The local schedule of the school year specifies the dates of working days without teaching (the number of which is regulated by the Minister’s decree) along with the purposes for which such days are used, the duration of breaks, the dates of anniversary/commemoration days prescribed by law and those specific to the given school, the dates of celebrating national and school holidays, the dates of student assemblies as well as the dates of teachers’ meetings. The school and the student dormitory must mutually notify one another about the adopted local schedule of the given school year.

Schools must organise their work in the framework of school years split into two semesters (terms). The first and last school days of each school year are always determined by the Minister’s relevant decree. As a general rule, the school year starts on the first day or on the first work day of September and it finishes on 15 June or, if that is not a workday, on the last workday preceding 15 June. The decree determines the actual number of school days (it changes between 179 and 182 days) and it specifies that the teachers’ body may use 7-8 working days without teaching for various pedagogical purposes. The programme of one such day may be determined by the student council.

In a given school year, students must be provided with three longer holiday periods; on two occasions, the minimum number of days has to be at least 6, on one occasion, this number has to be at least 4 days. The decree sets out the dates of the autumn, winter and spring breaks. Under certain conditions, schools may differ from this but they cannot modify the starting and closing dates of the school year. According to the decree, the Minister responsible for education publishes de dates of the vocational and qualifying examinations in upper secondary vocational schools and vocational schools for SEN students on the website of the Educational Authority by the last working day of September 2021. 

In several vocations of post-secondary education (such as car mechanics, beauticians), students pursue their studies in a dual system with a student contract. Students participating in the practical part of vocational training with a student contract have to be provided at least 30 days of holiday per school year. This number further increases by 5 days if the student has not passed age 19. Before the vocational qualification exam, students have to be provided with at least 10 days for preparation.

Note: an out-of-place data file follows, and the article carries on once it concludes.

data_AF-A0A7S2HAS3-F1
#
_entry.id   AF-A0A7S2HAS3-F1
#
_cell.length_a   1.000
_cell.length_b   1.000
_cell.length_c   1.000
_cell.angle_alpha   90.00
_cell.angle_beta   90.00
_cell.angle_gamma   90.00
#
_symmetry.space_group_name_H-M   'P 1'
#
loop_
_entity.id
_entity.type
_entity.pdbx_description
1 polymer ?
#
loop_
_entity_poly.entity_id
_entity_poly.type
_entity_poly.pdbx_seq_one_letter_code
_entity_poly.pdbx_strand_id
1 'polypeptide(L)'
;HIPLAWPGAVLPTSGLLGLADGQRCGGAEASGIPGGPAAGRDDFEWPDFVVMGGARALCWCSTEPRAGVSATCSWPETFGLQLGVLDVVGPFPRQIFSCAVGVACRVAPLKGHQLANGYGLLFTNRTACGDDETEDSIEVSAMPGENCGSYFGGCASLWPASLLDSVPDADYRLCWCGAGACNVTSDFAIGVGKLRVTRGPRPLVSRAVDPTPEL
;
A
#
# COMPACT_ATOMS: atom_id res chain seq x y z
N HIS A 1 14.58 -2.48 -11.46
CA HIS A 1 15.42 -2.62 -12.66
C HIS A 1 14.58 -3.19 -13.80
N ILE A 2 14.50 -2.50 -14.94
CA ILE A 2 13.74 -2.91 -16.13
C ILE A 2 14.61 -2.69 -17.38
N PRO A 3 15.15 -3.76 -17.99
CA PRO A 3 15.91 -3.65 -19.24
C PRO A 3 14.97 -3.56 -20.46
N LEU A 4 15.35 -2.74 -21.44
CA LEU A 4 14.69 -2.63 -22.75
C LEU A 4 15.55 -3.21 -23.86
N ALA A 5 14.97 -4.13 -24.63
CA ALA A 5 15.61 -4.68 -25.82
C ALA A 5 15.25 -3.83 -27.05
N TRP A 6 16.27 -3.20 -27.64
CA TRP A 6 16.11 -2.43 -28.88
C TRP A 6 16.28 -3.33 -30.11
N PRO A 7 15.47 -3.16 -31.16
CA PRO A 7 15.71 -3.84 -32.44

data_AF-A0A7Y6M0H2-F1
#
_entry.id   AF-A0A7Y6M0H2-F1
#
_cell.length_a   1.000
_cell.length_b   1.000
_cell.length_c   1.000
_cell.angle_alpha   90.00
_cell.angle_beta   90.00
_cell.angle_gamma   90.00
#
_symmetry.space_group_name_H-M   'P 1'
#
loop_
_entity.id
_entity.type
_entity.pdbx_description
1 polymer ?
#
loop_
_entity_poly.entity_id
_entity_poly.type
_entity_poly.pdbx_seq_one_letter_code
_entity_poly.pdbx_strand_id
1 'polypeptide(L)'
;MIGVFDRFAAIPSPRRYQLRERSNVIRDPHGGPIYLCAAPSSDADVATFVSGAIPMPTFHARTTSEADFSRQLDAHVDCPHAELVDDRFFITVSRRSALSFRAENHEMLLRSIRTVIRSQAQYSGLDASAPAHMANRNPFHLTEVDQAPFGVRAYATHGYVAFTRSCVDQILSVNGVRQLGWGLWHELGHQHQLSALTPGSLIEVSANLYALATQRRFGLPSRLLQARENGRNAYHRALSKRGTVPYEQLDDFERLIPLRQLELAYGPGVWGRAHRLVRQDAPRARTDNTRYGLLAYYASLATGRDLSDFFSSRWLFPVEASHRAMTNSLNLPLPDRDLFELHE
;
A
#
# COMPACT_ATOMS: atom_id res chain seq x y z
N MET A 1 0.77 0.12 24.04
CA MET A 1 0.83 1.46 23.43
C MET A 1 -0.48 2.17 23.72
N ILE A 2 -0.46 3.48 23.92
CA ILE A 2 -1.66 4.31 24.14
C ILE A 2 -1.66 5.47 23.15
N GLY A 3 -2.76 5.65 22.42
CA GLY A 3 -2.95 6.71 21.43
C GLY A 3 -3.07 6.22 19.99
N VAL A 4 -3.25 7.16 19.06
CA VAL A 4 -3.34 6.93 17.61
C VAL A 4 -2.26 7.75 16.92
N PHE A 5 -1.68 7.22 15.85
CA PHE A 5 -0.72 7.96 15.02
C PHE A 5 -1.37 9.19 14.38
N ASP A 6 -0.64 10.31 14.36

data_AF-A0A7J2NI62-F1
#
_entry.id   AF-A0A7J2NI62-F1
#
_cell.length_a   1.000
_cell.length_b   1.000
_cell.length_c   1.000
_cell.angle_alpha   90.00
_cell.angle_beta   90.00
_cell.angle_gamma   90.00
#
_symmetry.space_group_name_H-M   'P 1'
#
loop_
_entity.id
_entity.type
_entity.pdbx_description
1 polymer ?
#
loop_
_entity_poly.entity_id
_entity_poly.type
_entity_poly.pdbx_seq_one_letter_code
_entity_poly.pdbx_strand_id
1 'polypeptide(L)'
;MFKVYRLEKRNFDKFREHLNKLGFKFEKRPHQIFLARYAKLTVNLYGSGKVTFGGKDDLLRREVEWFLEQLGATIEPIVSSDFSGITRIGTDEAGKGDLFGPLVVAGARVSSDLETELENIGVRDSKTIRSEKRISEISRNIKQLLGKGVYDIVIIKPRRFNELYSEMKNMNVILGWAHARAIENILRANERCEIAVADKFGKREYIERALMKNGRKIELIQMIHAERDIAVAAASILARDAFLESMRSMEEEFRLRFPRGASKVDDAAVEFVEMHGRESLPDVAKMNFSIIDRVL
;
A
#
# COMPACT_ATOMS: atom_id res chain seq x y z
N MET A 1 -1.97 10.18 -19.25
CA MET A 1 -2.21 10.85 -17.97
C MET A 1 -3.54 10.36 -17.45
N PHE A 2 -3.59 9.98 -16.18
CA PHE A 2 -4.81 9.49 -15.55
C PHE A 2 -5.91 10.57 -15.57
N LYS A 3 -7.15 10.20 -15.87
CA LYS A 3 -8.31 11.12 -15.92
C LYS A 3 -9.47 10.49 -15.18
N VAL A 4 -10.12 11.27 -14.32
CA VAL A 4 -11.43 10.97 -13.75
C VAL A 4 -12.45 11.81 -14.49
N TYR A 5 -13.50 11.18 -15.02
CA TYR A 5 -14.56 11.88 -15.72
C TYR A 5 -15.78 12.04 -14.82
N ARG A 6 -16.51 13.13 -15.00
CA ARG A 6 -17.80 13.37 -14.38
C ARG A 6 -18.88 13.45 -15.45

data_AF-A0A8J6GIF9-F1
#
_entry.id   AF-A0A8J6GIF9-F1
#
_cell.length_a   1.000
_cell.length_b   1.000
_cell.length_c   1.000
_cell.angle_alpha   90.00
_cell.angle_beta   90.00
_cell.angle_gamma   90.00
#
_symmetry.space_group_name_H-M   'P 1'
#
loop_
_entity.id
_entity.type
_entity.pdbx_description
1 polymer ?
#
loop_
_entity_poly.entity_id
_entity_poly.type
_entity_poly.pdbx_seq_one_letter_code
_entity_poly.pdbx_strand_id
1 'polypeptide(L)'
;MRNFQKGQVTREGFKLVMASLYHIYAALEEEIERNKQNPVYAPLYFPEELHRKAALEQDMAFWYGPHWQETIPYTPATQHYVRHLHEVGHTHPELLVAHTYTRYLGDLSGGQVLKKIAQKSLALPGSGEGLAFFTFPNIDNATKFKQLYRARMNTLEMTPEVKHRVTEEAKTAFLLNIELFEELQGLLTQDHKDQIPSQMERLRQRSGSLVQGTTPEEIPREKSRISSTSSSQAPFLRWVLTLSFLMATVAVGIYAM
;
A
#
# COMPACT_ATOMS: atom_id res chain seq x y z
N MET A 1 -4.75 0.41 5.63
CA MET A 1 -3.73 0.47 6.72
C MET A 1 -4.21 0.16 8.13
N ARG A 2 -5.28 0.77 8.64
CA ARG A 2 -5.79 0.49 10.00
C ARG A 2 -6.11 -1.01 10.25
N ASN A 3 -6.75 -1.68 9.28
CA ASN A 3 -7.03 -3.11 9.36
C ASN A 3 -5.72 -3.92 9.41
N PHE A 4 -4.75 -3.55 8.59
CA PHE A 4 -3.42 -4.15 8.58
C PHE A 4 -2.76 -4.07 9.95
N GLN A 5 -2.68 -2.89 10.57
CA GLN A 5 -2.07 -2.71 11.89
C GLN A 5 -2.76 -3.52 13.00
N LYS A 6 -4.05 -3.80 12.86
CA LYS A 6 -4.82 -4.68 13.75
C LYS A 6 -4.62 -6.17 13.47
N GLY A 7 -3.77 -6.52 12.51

Organisation of the school day and week

According to a central regulation, teaching in schools consists of five-day school weeks. Saturdays and Sundays are rest days with no classes held. Students are also entitled to rest days (with no classes) on public holidays. The last day of the school year must be followed by a summer vacation of at least 30 consecutive days. Schools are open on all weekdays throughout the calendar year - even during teaching holidays and the summer vacation when an administrative stand-by type of work schedule is adopted. At the request of the school board and the  Student Council, school weeks may be organised on six days a week with the agreement of the organisation maintaining the school. In such cases, school days include Saturdays as well; this solution, however, is not typically adopted.

Students participating in post-secondary education have all passed age 18. For them, the number of theoretical lessons per day cannot exceed 7 classes. If practical training is combined with theoretical education on the given day, the number of classes cannot be more than 8. Classes as well as extracurricular activities must be separated by breaks. The order of classes, breaks and the time of beginning the school day are set out in the School Rules. The first lesson may only start 45 minutes earlier than the regular beginning time of classes but this requires the consent of both the parents’ organisation and the  Student Council. Breaks between classes are usually 10-minute long, sometimes 5 or 15-minute long. If the daily practical training time exceeds four and a half hours (which is usually the case), one break of minimum 30 minutes must be provided for students.

The school may organise extra-curricular activities but, on this level, it is relatively rare. Despite all this, post-secondary students may take part in extra-curricular programmes organised mainly for secondary school students (such as sport clubs or drama groups).

The typical system of a 5-day week on post-secondary level: 


Extra-curricular activities

Theoretical and practical classes in the morning (starting and ending time)

Lunch break

Theoretical and practical classes (after lunch)

Extra-curricular activities

From Monday
to Friday

 7.15-8 a.m.

8 a.m.-2 p.m.

(it may start at 7.15 a.m. and may end at 1 p.m. or 3 p.m.)

1-hour long between 12 and 2 p.m.

Optional, 1/2-2/3 p.m.

Optional, 2.30-6 p.m.